Study of Mass Transport for Efficient Fluid Processing

Monday, 2 October 2017: 14:00
Chesapeake I (Gaylord National Resort and Convention Center)
P. W. Mertens, M. Haslinger, M. Soha, and J. John (imec)
Manufacturing of semiconductor integrated circuits has become a major industry producing a lot of key component for “commodity products”.

As such it obeys the trends of all economic activities. One of the key trend is increasing learning with increasing accumulated business volume. A trend that goes a long is reduction of manufacturing cost (per function or performance) and market value.

In the past this trend was accomplished by continuous scaling down the feature size of the transistor, the key component of a chip. This has led to a boost in productivity as the numbers of chips on a wafer increased, while manufacturing cost per wafer, barely went up.

At the same time the transistors and circuits gained in performance (such as speed, power consumption etc…). Several cycles of feature size reduction (“geometric scaling down”) followed at a high pace. In this technology race, the focus was on technology enablement, rather than on reducing the wafer manufacturing cost.

Currently the traditional approach of reduction of cost/function by geometric scaling seems to run out of steam and slow down significantly.

The goal of this work is to study a simple processing configuration to create a better understanding of wet processing in order to make it more cost effective.

The system of choice is a simple parallel flow of liquid along the wafer surface.

In order to have a good uniformity the transport of species should be relatively fast as to not be a limiting factor for the overall process.

The goal is to minimize equipment cost by the use of very simple hardware and rather short process times (order of 10 sec). Also the consumption of chemicals will be limited by using a narrow tank with minimal volume and by extended use and re-circulation of chemicals until they are “completely” exhausted.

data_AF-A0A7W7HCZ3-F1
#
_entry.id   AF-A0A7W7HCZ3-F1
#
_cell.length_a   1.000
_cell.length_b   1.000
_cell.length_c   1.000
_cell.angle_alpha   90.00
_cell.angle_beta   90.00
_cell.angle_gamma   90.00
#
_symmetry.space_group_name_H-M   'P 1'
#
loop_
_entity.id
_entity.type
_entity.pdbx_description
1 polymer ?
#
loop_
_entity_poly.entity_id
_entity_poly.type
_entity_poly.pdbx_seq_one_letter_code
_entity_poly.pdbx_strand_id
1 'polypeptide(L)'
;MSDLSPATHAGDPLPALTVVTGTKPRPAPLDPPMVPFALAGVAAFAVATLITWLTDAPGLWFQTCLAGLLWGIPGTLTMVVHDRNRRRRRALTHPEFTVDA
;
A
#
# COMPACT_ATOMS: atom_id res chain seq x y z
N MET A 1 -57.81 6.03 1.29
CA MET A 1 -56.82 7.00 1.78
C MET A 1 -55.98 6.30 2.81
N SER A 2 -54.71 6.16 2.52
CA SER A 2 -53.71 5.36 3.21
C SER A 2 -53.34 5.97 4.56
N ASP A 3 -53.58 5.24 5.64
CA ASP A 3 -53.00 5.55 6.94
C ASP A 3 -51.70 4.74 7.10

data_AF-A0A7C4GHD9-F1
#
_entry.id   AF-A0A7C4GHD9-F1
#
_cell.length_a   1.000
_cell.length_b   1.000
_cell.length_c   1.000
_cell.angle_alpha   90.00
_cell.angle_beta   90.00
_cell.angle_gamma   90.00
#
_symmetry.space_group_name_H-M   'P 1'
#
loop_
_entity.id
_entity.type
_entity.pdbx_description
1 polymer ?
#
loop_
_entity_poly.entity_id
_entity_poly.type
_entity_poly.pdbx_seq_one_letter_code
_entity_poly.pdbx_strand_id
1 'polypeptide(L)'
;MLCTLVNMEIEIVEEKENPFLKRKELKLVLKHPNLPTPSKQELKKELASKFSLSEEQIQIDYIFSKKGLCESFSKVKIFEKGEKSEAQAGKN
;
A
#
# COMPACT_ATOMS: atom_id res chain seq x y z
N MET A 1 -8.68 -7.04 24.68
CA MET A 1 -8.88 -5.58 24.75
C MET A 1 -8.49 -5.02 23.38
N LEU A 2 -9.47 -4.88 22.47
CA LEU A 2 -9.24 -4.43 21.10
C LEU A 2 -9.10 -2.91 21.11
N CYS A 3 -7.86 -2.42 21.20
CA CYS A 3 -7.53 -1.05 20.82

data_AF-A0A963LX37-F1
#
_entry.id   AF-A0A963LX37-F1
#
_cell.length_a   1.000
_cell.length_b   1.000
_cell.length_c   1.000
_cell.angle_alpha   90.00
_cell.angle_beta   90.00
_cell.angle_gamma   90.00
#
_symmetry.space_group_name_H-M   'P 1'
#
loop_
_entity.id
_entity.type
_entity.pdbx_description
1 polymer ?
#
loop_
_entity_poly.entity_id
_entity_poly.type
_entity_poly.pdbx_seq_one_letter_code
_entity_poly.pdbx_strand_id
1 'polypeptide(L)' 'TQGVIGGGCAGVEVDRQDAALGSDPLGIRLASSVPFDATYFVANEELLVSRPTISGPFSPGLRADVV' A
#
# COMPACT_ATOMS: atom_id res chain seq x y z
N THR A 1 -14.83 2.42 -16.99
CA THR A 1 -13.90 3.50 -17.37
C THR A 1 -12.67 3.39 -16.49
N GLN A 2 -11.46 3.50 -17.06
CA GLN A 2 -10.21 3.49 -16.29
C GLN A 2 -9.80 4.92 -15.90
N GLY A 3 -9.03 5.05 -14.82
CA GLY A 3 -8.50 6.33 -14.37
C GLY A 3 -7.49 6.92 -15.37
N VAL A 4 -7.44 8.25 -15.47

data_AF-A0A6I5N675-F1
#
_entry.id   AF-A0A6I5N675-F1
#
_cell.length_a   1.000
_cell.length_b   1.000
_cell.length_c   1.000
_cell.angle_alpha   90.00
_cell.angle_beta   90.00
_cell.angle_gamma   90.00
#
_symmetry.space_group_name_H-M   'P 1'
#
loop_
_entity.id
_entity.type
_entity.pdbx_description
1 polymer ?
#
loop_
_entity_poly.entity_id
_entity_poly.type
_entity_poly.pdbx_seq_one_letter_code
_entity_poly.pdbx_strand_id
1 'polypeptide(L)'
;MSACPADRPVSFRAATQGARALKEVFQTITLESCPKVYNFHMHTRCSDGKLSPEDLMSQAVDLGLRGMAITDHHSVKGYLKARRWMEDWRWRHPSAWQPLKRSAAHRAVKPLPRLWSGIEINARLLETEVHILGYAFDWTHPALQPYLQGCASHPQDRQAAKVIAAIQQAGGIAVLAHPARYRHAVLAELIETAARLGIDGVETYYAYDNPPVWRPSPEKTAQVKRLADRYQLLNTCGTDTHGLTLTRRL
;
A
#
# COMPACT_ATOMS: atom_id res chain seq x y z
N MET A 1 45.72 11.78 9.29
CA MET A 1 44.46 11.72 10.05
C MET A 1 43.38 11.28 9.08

Where appropriate (in view of the total process time, and contamination loading) a cascade sequence of reactors and “cross-flow” of chemicals would be applied.

In a first approximation the parallel-plate flow pattern is assumed to be laminar with a parabolic (Poiseuille) velocity profile. Near the wafer surface this velocity profile is approximately linear (eq. (1)).

The mass transport of chemicals is initially by convection flow parallel to the x direction and eventually to the wafer surface by diffusion along the y-direction.

The position along the x-axis where the diffusion transport can marginally keep up with the convection transport is L (eq. 2). Ideally, fast diffusion is obtained if this point is positioned beyond the edge of the wafer. (by using a high liquid flow rate, or allowing sufficient process time.) Equation (2) allows to determine an optimal flow rate for a desired total process time.

In order to evaluate the concept a simple narrow single wafer reactor was built.

The total width of the reactor can be modified to 2, 4, or 10 mm.

The reactor can be supplied with rinse water in a recirculation mode or in a flow direct to drain at a flow rate up to 30 lpm.

Dye-imaging tests were performed to analyse the flow behavior. Methylene Blue (Sigma Aldrich) was injected into the flow through a narrow injection needle. These tests confirmed the flow to be laminar for a flow rate of 10 lpm (Re= 560).

The experimental concept tank is connected to a (pump + canister) recirculation system to allow for a high flow without high consumption rate of chemicals. The tank can be filled with (MKS) ozonated UPW or with aqueous HF-mixtures. This allows for performing an “imec cleaning” sequence.

For cost reasons, this prototype reactor is made out of low basic transparent polymers for optimal viewing, but with sacrificing chemical compatibility.

The cleaning chemicals are recirculated at 10 l/min.

Good metal (Fe) removal efficiency is demonstrated with carrier lifetime (as high as 0.5 ms) measurements on n-type silicon.